Hello, my name is Mandy, and I am a biomedical scientist. In April 2020, a couple of weeks into lockdown, I was redeployed to a national COVID-19 operational supplies team, joining colleagues from NHS England and Improvement and the Department of Health and Social Care.
The operational supplies team was building capacity to test for COVID-19 and my background in pathology and experience of innovation adoption and spread supported our work.
Initially we focussed on one of two ‘pillars’, pillar 1 for NHS and Public Health England labs. Pillar 2 for NHS Test and Trace labs was looked after by a separate team.
Collectively and collaboratively we increased molecular testing from around 2,000 tests a day to 100,000 tests and more each day. The aim was to make sure that patients could be tested rapidly on admission to hospital, regularly during a hospital stay, and on discharge.
The role involved working with labs, networks and regions, new testing technology workstreams, existing and new suppliers, the Department of Health and Social Care, NHS Test and Trace, other senior members of NHS England and Improvement teams such as the Pathology Transformation team, devolved administrations, expert scientists, the Chief Scientific Officer’s team and industry associations.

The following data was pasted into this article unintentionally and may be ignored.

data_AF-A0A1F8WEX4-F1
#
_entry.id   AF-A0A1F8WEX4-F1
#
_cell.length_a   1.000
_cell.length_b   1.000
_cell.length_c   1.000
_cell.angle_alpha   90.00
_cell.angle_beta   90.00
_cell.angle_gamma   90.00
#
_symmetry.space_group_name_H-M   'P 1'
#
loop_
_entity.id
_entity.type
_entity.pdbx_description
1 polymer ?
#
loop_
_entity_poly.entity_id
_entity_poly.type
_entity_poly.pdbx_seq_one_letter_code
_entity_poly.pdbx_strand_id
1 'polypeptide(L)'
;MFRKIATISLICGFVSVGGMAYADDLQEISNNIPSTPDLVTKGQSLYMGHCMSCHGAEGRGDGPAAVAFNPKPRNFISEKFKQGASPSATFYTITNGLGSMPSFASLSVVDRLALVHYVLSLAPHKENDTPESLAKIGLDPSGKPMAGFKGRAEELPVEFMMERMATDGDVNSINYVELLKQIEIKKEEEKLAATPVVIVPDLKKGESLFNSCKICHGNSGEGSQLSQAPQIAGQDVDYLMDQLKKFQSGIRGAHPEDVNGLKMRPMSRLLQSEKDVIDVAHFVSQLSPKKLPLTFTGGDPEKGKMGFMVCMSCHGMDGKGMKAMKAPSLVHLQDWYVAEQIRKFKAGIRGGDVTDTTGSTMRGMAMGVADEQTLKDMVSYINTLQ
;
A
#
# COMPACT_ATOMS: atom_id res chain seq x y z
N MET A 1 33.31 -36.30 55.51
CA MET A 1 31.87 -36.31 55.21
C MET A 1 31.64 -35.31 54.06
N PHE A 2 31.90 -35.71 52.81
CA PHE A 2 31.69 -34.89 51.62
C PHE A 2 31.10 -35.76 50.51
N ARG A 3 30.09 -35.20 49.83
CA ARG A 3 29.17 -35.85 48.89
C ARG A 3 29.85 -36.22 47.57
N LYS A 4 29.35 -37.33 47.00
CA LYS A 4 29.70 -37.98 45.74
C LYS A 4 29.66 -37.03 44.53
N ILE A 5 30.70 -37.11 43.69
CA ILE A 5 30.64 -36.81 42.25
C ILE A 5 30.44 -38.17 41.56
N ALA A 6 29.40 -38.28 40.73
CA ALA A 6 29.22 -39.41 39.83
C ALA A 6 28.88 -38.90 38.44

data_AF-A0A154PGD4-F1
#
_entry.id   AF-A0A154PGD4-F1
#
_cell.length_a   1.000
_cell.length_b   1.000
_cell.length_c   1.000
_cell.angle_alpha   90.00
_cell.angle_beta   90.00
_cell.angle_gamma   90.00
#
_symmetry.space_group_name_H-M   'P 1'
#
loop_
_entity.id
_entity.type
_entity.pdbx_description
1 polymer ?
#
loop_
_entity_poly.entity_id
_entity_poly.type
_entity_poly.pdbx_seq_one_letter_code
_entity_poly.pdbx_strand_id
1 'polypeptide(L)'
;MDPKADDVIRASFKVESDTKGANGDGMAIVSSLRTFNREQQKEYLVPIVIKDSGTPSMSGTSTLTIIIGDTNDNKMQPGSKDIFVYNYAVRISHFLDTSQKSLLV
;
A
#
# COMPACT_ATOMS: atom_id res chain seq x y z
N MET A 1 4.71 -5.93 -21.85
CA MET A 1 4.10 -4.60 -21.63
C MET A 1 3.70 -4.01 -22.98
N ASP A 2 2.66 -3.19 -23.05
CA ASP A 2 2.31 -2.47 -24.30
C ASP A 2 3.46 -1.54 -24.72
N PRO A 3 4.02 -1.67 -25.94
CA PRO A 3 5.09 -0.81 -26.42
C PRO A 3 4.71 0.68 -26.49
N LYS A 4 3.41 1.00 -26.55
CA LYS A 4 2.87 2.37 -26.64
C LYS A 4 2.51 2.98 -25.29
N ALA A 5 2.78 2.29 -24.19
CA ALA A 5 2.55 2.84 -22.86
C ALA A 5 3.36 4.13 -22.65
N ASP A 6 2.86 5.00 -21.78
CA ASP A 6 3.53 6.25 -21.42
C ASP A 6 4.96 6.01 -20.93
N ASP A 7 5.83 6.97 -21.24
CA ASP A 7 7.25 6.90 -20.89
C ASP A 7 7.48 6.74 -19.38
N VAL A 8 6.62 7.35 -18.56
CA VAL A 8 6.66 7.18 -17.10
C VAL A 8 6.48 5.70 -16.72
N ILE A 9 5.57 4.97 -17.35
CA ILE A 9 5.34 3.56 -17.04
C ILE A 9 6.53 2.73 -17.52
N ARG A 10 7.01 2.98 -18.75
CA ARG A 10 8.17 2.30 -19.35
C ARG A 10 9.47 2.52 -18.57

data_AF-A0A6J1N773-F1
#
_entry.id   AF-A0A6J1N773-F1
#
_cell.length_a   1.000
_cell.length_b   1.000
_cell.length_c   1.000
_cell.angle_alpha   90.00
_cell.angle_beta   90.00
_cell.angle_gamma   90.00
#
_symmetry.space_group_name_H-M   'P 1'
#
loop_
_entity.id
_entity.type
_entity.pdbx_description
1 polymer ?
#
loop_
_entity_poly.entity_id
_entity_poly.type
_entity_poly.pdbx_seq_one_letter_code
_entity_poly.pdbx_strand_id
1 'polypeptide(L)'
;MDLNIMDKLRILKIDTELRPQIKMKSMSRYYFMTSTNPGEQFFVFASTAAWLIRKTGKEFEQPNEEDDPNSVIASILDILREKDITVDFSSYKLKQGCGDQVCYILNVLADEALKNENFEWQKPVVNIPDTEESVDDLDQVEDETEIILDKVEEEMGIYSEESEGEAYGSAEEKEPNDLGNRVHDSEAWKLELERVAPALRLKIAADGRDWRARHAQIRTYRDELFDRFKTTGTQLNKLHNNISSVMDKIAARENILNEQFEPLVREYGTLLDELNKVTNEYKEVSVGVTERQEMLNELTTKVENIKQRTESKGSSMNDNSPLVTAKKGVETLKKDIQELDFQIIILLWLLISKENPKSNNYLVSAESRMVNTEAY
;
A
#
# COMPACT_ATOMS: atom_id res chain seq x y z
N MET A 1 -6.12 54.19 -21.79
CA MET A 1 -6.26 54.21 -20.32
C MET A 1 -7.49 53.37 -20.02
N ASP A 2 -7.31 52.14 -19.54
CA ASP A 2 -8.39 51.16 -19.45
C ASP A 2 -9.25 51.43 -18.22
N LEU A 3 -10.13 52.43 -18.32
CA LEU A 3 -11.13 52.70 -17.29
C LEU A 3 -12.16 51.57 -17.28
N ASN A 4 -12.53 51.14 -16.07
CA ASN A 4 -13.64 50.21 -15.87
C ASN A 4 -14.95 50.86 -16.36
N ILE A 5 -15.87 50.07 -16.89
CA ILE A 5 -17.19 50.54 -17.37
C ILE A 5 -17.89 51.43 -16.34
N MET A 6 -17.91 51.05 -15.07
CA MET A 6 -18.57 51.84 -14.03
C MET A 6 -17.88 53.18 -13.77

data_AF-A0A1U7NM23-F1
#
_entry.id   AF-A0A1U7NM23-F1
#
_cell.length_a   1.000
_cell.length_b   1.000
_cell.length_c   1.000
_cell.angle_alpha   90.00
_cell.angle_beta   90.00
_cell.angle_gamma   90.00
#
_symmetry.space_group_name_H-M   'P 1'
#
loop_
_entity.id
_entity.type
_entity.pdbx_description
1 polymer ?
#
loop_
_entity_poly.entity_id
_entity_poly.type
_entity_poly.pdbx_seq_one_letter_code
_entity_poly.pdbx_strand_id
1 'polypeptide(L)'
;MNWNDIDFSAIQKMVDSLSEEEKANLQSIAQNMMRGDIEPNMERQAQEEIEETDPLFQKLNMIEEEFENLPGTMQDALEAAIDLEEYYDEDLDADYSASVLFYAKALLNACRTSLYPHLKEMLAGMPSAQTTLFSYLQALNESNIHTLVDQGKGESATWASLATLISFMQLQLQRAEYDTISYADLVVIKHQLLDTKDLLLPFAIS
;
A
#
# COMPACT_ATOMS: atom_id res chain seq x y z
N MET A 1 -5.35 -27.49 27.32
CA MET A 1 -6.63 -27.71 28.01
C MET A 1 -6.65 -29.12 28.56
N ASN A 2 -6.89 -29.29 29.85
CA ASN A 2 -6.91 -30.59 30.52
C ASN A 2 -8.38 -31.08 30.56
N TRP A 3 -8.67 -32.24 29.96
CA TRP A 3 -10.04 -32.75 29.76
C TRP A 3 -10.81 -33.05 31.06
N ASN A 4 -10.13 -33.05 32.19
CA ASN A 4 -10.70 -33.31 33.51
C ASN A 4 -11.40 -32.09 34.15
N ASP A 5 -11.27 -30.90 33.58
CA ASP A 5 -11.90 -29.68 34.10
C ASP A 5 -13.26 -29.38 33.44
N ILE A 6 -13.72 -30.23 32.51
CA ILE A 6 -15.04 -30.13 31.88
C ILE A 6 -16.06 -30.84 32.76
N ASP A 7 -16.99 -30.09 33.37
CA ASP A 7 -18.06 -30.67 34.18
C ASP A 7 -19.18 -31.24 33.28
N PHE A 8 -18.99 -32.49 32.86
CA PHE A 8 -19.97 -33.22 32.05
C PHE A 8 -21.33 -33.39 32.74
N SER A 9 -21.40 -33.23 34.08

Two key things to bear in mind are:
- molecular testing was not widespread in the UK pre-pandemic, mainly being a specialist test and only available in some labs, and
- consumables and equipment were in worldwide demand, so that many of our preferred testing platforms had restricted UK allocations.
The first phase was almost exclusively focussed on making sure labs could stand up and continue testing. This involved coaching, facilitating and supporting lab teams to identify different supply sources, mutual aid, and as a last resort divert to another lab. In pillar 1 we hit 30,000 tests a day on 30 April 2020.
Phase two was working with the Cabinet Office commercial team and lab leaders to identify suitable equipment to expand capacity further. The next goal was 100,000 tests a day for Pillar 1.
The capacity planning involved working with colleagues in local, regional and national teams, with everyone pulling together towards a common goal to identify stable sources of supply. We had a plan! We started to support labs to order new equipment and validate and verify their equipment in each lab.
It was an amazing experience and I was privileged to work with many passionate and committed people from across the NHS, Civil Service and beyond.